Questions about terms for animals and their accoutrements

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3
votes
2answers
55 views

Would the “Purple Fawn” in this context refer to a shop? [closed]

Wodger, of the "Purple Fawn," and Mr. Jaggers, the cobbler, who also sold old second-hand ordinary bicycles, were stretching a string of union-jacks and royal ensigns (which had originally ...
20
votes
6answers
3k views

What's an adjective for “pertaining to donkeys”?

Horse is to Equine as Donkey is to ...?
4
votes
2answers
189 views

Is there a word to describe feathers, scales, fur, hair, etc. on an animal

Is there a word to describe or reference feathers, scales, fur, hair, exoskeleton (maybe?), etc. on a creature?
2
votes
1answer
93 views

Can I Switch from “it” to “he” or “she” when referring to an animal in a story? [closed]

This one is a question I can't seem to find an answer for. I do have a friend, a professional editor, who told me she saw no problem with me switching from "it" to "he" or "she" when referring to an ...
3
votes
3answers
377 views

Pluralising 'Red Kite'

Is the following grammatically correct? An area frequented by red kite and skylarks It would appear to be incorrect as red kite should be pluralised to red kites, however this sounds wrong to my ...
3
votes
3answers
159 views

Referring to something belonging to goblin: is it “its” thing or “his” thing? [closed]

I'm writing tutorial for fantasy game with said goblin acting as an example. Now, I need to relate to the thing belonging to that goblin, let's say it's an apple. Is it his apple or its apple? Shall I ...
9
votes
2answers
543 views

What is the origin of “rat”?

A simple little word for a common little fella. Yet, the origin is unknown (or not?). Both OED and Etymonline are bold enough to say "of uncertain origin"; but, of course, they try to explain the ...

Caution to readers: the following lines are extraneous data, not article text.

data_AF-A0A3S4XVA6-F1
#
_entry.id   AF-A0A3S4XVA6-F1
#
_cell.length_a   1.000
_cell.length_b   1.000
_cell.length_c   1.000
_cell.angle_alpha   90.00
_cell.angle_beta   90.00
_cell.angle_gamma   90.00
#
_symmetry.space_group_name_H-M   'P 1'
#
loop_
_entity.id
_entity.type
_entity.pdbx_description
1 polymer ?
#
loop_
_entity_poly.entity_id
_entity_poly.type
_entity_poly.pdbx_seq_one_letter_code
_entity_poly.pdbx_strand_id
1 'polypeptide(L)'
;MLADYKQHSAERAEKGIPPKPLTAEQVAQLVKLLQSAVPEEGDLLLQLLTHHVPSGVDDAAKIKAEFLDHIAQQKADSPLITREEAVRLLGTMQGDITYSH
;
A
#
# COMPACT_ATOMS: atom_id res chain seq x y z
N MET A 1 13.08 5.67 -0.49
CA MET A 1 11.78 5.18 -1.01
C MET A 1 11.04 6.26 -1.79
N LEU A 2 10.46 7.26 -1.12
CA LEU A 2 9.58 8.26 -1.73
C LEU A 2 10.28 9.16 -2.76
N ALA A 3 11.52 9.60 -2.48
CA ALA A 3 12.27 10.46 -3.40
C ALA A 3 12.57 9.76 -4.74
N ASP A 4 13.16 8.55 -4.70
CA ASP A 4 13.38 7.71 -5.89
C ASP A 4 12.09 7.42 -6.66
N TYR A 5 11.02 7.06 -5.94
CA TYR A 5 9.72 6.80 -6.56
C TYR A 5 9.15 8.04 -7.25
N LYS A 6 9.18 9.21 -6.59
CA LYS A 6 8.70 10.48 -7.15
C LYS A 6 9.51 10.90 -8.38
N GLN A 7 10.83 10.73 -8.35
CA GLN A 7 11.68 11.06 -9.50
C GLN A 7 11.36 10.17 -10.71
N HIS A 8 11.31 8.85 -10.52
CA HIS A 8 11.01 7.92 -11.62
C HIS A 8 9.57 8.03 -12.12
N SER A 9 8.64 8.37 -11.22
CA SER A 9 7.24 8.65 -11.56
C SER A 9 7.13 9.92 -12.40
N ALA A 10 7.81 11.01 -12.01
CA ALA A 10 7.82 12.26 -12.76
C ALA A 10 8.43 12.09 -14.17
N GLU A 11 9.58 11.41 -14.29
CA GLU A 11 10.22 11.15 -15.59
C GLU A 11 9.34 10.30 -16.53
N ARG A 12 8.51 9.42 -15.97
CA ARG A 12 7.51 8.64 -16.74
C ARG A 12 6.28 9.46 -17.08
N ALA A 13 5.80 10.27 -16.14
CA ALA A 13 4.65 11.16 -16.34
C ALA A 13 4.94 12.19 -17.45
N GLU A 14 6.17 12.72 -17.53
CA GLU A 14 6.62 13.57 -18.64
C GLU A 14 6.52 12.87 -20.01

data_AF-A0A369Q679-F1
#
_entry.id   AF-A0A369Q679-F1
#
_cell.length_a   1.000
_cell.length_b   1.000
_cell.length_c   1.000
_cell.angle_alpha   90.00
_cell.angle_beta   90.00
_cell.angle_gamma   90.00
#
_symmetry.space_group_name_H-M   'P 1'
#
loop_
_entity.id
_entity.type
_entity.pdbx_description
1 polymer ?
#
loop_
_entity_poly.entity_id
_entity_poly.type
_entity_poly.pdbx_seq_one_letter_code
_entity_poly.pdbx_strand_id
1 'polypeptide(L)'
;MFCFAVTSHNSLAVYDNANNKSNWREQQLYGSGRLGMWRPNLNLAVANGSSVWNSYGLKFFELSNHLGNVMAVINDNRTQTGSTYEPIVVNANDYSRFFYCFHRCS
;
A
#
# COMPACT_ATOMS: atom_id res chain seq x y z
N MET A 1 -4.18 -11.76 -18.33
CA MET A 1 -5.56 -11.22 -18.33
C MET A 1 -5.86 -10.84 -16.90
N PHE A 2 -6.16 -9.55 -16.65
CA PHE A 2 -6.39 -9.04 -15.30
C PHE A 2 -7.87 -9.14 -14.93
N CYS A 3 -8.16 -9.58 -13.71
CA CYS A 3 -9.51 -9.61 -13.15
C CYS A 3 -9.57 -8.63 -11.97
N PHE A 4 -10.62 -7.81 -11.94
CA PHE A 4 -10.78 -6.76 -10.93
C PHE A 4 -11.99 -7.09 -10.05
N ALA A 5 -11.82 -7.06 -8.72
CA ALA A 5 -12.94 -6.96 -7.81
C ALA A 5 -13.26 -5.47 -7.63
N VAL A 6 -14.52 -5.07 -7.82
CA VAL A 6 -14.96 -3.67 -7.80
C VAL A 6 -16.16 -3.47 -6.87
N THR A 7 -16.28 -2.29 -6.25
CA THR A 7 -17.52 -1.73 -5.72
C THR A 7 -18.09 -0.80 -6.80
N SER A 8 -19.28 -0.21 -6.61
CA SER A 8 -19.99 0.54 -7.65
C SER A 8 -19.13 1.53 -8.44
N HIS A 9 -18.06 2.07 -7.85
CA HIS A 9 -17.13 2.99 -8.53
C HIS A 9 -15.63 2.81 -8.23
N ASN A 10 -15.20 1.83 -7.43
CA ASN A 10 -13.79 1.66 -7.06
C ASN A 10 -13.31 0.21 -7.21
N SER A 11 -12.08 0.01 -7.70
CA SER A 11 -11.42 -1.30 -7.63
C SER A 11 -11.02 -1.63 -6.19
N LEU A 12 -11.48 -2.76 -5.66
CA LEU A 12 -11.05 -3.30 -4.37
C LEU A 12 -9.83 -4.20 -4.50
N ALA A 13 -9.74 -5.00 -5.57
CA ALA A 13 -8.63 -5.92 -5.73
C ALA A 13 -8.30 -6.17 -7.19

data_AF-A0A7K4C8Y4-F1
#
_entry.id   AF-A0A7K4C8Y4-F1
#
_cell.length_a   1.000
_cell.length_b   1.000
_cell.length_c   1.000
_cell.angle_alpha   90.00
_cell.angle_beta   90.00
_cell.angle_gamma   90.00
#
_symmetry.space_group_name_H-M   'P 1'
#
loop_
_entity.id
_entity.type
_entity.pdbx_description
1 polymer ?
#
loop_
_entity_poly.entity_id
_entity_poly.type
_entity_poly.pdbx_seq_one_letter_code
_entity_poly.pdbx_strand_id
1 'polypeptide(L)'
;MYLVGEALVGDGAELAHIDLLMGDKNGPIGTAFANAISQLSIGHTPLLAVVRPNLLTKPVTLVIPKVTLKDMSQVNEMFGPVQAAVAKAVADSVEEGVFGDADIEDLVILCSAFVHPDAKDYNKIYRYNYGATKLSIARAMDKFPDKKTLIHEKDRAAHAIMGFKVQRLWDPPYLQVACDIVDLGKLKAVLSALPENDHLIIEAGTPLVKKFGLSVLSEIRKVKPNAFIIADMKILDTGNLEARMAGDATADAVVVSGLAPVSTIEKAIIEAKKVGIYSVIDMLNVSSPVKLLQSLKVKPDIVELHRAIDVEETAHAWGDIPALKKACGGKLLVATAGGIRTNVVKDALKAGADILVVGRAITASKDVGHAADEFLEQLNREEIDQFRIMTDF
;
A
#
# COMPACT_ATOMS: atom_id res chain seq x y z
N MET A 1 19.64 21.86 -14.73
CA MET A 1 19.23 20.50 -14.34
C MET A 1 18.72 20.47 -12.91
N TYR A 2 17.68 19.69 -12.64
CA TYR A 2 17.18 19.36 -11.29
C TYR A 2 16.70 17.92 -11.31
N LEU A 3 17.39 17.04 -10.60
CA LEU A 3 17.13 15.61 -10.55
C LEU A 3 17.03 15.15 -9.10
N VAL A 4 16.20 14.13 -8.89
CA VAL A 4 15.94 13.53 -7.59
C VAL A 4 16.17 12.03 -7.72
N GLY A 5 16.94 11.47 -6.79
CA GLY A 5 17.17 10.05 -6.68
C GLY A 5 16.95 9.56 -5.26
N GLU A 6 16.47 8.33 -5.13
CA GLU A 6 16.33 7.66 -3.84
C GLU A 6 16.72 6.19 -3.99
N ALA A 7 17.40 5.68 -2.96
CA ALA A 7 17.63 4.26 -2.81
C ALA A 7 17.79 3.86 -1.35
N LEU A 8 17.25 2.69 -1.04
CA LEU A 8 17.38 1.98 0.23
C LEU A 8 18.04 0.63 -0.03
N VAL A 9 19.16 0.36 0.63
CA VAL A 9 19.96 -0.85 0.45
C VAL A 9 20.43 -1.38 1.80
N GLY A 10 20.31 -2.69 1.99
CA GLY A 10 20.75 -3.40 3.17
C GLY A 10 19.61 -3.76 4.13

0
votes
2answers
255 views

What determines gender-specific names used for different animal species? [closed]

What determines which male/female terms to use for different animal species? For example: "Bull versus cow" is used for cattle, elephants, and camels "Boar versus sow" is used for pigs, badgers, ...
2
votes
2answers
1k views

When did dogs start “wagging” their tails?

An earlier question of mine What does a cat's tail do? got me thinking. When did dogs begin to wag their tails? And do any other animals wag? According to Google, very few books have ever been ...
5
votes
6answers
704 views

What does a cat's tail do?

A friendly dog will wag its tail, especially when it's happy to see his owner. Cats can communicate their approval and appreciation too, but I don't remember ever hearing a cat wagging its tail for ...
0
votes
3answers
419 views

Why does the police use “K-9 Unit” instead of “dog”?

Throughout North America, I keep seeing police cars labeled "K-9 unit". I know "K-9" is a homophone of "canine", but why don't they just use "Police dog"?
2
votes
2answers
5k views

Is “deers” correct when referring to different species?

The plural of deer is deer, but if you are referring to different species of deer, would it be correct to say "deers"? Considering that the plural of fish is fish, but when referring to different ...